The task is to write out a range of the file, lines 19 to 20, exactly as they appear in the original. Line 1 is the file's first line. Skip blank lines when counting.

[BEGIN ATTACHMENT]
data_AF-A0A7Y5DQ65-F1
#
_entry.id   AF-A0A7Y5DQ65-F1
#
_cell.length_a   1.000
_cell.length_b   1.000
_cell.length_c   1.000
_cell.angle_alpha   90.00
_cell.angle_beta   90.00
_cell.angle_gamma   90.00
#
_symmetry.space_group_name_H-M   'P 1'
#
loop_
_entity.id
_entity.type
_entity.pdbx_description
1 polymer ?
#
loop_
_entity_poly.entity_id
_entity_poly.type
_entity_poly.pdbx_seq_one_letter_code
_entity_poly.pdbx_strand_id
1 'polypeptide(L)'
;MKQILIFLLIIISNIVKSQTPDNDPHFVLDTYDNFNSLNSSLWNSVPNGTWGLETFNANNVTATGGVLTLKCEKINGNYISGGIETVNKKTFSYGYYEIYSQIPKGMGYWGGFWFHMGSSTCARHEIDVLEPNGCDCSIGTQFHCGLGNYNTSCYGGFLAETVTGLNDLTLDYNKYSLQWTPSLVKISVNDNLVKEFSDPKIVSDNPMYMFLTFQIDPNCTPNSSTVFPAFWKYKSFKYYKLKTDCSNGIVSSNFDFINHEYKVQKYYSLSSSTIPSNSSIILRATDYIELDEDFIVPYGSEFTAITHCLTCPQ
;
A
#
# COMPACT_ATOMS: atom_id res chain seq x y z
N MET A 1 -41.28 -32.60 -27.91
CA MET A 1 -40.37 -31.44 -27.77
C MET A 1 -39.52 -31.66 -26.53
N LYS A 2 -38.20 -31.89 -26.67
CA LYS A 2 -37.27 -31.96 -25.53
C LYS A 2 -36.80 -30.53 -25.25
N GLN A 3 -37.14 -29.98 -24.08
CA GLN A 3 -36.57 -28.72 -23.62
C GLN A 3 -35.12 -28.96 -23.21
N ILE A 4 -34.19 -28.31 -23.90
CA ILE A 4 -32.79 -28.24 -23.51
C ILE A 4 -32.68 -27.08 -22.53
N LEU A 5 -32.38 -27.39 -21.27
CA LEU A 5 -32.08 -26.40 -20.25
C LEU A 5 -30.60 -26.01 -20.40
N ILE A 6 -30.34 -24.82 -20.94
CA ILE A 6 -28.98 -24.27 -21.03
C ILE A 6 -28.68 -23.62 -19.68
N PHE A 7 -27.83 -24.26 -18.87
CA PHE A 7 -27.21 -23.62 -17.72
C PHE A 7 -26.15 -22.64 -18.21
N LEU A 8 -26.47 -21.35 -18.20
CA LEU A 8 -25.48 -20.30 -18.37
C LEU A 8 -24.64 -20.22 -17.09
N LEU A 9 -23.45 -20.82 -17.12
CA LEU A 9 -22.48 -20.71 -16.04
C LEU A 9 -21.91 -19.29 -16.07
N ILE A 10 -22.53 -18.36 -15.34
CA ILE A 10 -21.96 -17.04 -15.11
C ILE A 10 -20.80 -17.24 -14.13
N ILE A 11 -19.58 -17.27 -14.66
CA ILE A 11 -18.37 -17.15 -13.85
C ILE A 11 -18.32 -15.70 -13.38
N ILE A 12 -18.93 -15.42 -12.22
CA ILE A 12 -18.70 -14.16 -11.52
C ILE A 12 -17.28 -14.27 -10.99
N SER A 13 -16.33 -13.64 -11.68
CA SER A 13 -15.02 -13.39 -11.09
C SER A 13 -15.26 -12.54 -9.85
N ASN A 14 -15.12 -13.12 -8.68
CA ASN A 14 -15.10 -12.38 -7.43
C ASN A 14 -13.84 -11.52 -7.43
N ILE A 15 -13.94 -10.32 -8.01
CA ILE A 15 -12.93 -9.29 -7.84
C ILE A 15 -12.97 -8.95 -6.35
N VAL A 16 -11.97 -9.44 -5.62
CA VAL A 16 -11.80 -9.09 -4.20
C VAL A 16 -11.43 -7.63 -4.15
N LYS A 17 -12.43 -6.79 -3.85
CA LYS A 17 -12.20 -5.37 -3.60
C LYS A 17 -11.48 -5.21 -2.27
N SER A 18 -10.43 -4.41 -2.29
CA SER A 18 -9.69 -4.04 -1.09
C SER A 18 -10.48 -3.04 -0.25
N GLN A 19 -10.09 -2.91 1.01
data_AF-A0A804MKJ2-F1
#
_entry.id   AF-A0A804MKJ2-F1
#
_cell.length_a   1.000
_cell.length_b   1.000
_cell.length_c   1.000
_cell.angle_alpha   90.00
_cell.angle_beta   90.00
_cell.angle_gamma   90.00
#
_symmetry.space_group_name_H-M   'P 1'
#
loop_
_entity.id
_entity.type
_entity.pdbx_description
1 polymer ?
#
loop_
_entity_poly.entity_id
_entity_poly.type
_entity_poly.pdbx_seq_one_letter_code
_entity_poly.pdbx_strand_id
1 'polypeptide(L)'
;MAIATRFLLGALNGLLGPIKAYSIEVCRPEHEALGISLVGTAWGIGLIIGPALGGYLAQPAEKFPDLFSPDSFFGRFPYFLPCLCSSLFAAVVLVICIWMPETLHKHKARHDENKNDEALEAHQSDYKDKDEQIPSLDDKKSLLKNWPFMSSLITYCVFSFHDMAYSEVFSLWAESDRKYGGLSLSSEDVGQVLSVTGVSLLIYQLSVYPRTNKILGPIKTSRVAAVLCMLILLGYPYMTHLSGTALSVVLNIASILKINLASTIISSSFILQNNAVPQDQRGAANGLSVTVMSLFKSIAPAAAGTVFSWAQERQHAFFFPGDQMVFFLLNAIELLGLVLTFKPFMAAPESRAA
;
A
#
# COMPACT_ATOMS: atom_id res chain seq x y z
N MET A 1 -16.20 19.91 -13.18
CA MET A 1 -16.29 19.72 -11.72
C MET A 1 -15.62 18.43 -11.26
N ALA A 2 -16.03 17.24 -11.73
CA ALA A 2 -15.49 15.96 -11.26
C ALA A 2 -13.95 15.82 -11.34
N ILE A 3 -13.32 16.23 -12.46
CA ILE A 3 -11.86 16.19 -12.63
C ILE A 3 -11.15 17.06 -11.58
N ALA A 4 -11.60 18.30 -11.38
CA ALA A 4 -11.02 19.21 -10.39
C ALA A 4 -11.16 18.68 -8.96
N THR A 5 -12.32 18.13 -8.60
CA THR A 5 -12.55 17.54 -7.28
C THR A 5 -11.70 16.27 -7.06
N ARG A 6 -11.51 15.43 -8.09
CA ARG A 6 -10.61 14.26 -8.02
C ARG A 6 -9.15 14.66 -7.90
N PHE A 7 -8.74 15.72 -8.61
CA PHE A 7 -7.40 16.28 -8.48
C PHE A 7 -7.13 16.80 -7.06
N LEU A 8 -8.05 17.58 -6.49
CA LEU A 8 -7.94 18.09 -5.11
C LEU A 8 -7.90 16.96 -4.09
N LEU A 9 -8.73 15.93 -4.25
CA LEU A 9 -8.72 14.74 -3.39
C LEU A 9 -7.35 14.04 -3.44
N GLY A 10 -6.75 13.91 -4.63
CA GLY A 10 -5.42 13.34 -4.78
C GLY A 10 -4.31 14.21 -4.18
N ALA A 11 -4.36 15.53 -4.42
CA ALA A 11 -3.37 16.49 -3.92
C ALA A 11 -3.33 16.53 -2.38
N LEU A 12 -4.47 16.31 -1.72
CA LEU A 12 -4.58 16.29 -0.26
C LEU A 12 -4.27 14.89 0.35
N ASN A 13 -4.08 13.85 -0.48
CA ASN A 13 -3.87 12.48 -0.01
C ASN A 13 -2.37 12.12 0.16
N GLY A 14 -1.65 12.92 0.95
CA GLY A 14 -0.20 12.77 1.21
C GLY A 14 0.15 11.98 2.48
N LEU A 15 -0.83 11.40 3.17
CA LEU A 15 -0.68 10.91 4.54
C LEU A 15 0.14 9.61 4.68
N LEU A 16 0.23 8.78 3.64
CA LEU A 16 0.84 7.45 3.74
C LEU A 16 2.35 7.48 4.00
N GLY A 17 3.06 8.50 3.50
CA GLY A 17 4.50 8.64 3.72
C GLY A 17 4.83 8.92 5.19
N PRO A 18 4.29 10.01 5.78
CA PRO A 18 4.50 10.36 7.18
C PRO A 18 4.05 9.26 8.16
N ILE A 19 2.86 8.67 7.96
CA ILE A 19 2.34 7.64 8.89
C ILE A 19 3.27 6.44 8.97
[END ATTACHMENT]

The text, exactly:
#
loop_